Limited by the Imperial War Graves Commission to 66 letters – and that included counting the space between each word as one letter – this first in a short series of books highlights what The Times called, ‘the heart of the bereaved’; the thousands of silent voices that ‘speak’ from the war cemeteries. Voices which stand at the opposite end of the commemorative spectrum to the Cenotaph; an austere ‘silent’ tribute to the Empire’s dead, the other a clamour of individual’voices’, each one a personal tribute to an individual and cultural reference from the world which these soldiers and their families lived in.In this book, the selected epitaphs look at a variety of themes, tones and locations from both ordinary and famous backgrounds, the privileged and the poor- the officers and men who all lie in some corner of a foreign field. Second in the series publishing in 2017 will feature epitaphs from the Battle of Passchendaele (1917). A complete study of these epitaphs will be published to coincide with the centenary of the Armistice in 2018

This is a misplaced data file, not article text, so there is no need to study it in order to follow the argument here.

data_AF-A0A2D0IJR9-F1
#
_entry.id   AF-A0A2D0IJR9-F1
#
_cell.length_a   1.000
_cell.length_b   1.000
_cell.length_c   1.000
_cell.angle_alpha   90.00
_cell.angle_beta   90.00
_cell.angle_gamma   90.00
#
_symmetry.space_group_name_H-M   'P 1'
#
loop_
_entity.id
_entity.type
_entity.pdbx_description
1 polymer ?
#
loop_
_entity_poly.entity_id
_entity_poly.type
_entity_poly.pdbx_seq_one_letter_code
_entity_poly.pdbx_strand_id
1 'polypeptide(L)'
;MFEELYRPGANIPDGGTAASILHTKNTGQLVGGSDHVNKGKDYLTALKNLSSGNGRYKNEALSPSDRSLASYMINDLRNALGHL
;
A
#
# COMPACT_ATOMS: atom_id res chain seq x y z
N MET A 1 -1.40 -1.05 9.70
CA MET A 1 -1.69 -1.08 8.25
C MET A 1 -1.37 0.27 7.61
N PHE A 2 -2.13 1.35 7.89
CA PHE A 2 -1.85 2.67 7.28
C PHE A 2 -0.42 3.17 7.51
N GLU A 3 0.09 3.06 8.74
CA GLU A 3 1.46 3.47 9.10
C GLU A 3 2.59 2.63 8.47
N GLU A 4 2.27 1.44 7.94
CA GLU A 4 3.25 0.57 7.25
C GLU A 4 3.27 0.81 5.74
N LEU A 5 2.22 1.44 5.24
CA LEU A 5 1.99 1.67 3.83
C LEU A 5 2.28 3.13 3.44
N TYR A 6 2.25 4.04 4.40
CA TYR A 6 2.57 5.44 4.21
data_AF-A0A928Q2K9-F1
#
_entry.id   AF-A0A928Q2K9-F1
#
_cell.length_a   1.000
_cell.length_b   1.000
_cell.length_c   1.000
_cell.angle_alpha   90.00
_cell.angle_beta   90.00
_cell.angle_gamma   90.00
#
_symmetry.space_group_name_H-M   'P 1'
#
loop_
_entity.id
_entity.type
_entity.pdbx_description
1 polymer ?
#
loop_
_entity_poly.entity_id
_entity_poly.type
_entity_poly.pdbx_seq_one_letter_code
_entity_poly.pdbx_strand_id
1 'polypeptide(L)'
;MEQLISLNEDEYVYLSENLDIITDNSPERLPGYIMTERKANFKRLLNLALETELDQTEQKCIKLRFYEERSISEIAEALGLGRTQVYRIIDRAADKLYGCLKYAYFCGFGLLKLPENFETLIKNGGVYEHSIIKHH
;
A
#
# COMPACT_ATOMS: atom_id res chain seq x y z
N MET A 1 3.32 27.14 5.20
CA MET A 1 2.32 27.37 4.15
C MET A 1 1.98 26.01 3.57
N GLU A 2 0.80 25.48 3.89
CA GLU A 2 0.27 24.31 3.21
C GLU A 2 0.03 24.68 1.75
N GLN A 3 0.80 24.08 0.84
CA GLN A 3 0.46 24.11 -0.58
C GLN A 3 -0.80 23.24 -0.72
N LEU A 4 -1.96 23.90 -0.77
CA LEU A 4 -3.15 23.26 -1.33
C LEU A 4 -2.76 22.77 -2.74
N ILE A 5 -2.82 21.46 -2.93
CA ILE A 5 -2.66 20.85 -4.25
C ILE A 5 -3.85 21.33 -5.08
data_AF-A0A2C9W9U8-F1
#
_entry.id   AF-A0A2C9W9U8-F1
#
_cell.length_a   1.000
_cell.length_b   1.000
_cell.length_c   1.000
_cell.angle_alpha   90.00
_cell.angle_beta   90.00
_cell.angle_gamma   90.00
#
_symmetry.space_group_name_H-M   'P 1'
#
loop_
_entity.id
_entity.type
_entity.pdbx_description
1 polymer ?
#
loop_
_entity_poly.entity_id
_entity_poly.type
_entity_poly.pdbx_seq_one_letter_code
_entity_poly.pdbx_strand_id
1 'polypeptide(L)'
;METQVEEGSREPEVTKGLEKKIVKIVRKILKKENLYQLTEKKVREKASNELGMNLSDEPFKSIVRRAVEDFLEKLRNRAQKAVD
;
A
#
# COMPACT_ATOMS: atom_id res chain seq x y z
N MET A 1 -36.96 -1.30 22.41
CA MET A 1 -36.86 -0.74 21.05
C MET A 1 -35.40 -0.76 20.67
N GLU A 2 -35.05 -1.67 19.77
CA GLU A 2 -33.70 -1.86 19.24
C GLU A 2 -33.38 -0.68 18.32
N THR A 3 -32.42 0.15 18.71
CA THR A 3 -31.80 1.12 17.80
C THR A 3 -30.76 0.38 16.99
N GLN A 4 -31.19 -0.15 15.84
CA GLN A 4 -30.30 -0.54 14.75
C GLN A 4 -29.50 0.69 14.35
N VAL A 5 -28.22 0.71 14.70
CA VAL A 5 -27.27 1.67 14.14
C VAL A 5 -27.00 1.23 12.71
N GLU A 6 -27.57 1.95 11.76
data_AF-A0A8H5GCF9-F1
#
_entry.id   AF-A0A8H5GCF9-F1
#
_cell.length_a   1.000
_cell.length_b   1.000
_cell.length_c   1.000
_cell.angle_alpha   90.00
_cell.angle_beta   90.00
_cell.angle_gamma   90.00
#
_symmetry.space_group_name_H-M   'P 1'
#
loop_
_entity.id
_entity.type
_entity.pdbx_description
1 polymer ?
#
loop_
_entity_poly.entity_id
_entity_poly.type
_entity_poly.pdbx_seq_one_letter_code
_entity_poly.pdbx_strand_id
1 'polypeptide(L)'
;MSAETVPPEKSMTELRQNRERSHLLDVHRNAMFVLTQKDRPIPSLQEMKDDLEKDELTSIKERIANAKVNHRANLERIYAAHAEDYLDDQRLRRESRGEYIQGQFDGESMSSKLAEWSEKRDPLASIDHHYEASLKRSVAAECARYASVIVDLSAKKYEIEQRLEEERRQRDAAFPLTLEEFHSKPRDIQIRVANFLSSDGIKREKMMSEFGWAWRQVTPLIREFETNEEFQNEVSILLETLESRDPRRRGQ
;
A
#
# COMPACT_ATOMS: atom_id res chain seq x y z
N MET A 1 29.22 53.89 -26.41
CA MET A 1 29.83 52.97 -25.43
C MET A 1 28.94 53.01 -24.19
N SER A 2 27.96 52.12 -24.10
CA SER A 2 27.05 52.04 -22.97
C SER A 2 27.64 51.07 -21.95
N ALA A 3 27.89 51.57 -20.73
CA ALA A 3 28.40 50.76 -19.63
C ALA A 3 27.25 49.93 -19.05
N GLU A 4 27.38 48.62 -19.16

|Dimensions||137 × 187 mm|
Sarah Wearne is a military historian. Her current Twitter project, Great War Epitaphs (@wwinscriptions), is publishing an epitaph every day of the centenary of World War I.